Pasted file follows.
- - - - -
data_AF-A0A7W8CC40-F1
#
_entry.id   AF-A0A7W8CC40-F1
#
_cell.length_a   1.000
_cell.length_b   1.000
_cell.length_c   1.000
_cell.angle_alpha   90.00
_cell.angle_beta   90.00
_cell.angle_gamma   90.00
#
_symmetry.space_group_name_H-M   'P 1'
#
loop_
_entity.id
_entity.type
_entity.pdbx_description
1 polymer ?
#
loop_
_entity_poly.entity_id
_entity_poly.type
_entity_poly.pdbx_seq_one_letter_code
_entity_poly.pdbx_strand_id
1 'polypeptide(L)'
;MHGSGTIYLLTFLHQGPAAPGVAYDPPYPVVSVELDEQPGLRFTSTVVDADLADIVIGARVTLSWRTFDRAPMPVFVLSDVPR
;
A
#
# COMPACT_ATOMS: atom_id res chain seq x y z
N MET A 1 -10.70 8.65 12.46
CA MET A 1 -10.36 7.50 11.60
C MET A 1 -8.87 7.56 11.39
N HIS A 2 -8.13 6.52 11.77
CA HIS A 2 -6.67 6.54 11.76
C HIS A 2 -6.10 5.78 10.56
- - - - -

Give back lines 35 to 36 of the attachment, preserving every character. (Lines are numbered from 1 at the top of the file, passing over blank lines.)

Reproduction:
CA HIS A 2 -6.67 6.54 11.76
C HIS A 2 -6.10 5.78 10.56